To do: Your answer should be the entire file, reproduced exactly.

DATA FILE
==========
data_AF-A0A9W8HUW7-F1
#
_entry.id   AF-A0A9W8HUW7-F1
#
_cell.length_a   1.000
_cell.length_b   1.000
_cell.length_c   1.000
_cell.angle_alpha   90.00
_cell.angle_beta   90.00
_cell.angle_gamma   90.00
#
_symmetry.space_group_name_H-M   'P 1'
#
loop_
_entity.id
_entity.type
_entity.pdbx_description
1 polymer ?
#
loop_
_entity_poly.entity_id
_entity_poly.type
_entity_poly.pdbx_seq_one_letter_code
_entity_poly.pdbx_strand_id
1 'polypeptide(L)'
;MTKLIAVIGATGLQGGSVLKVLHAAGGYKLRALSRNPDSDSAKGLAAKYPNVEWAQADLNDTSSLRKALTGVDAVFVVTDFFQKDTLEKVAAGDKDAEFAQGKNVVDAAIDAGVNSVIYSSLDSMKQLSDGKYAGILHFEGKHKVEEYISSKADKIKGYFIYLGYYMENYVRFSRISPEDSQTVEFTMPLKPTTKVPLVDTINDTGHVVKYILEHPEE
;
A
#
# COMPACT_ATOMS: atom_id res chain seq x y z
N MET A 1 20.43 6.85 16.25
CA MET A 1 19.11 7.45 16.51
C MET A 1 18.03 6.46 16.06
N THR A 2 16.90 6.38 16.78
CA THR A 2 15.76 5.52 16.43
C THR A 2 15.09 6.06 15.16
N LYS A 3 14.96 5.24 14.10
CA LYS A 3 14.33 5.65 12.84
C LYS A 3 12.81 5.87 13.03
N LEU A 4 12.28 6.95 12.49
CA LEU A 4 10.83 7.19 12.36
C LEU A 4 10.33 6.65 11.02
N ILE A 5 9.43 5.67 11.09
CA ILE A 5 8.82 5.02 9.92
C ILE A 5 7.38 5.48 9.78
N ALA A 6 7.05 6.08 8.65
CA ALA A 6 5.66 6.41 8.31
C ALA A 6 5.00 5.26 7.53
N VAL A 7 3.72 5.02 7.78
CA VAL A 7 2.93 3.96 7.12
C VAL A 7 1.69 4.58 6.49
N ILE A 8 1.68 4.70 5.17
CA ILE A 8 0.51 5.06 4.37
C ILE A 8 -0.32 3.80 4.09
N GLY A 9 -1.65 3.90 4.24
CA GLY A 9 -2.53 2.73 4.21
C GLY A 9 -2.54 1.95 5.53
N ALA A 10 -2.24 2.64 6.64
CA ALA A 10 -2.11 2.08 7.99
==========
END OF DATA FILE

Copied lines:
data_AF-A0A9W8HUW7-F1
#
_entry.id   AF-A0A9W8HUW7-F1
#
_cell.length_a   1.000
_cell.length_b   1.000
_cell.length_c   1.000
_cell.angle_alpha   90.00
_cell.angle_beta   90.00
_cell.angle_gamma   90.00
#
_symmetry.space_group_name_H-M   'P 1'
#
loop_
_entity.id
_entity.type
_entity.pdbx_description
1 polymer ?
#
loop_
_entity_poly.entity_id
_entity_poly.type
_entity_poly.pdbx_seq_one_letter_code
_entity_poly.pdbx_strand_id
1 'polypeptide(L)'
;MTKLIAVIGATGLQGGSVLKVLHAAGGYKLRALSRNPDSDSAKGLAAKYPNVEWAQADLNDTSSLRKALTGVDAVFVVTDFFQKDTLEKVAAGDKDAEFAQGKNVVDAAIDAGVNSVIYSSLDSMKQLSDGKYAGILHFEGKHKVEEYISSKADKIKGYFIYLGYYMENYVRFSRISPEDSQTVEFTMPLKPTTKVPLVDTINDTGHVVKYILEHPEE
;
A
#
# COMPACT_ATOMS: atom_id res chain seq x y z
N MET A 1 20.43 6.85 16.25
CA MET A 1 19.11 7.45 16.51
C MET A 1 18.03 6.46 16.06
N THR A 2 16.90 6.38 16.78
CA THR A 2 15.76 5.52 16.43
C THR A 2 15.09 6.06 15.16
N LYS A 3 14.96 5.24 14.10
CA LYS A 3 14.33 5.65 12.84
C LYS A 3 12.81 5.87 13.03
N LEU A 4 12.28 6.95 12.49
CA LEU A 4 10.83 7.19 12.36
C LEU A 4 10.33 6.65 11.02
N ILE A 5 9.43 5.67 11.09
CA ILE A 5 8.82 5.02 9.92
C ILE A 5 7.38 5.48 9.78
N ALA A 6 7.05 6.08 8.65
CA ALA A 6 5.66 6.41 8.31
C ALA A 6 5.00 5.26 7.53
N VAL A 7 3.72 5.02 7.78
CA VAL A 7 2.93 3.96 7.12
C VAL A 7 1.69 4.58 6.49
N ILE A 8 1.68 4.70 5.17
CA ILE A 8 0.51 5.06 4.37
C ILE A 8 -0.32 3.80 4.09
N GLY A 9 -1.65 3.90 4.24
CA GLY A 9 -2.53 2.73 4.21
C GLY A 9 -2.54 1.95 5.53
N ALA A 10 -2.24 2.64 6.64
CA ALA A 10 -2.11 2.08 7.99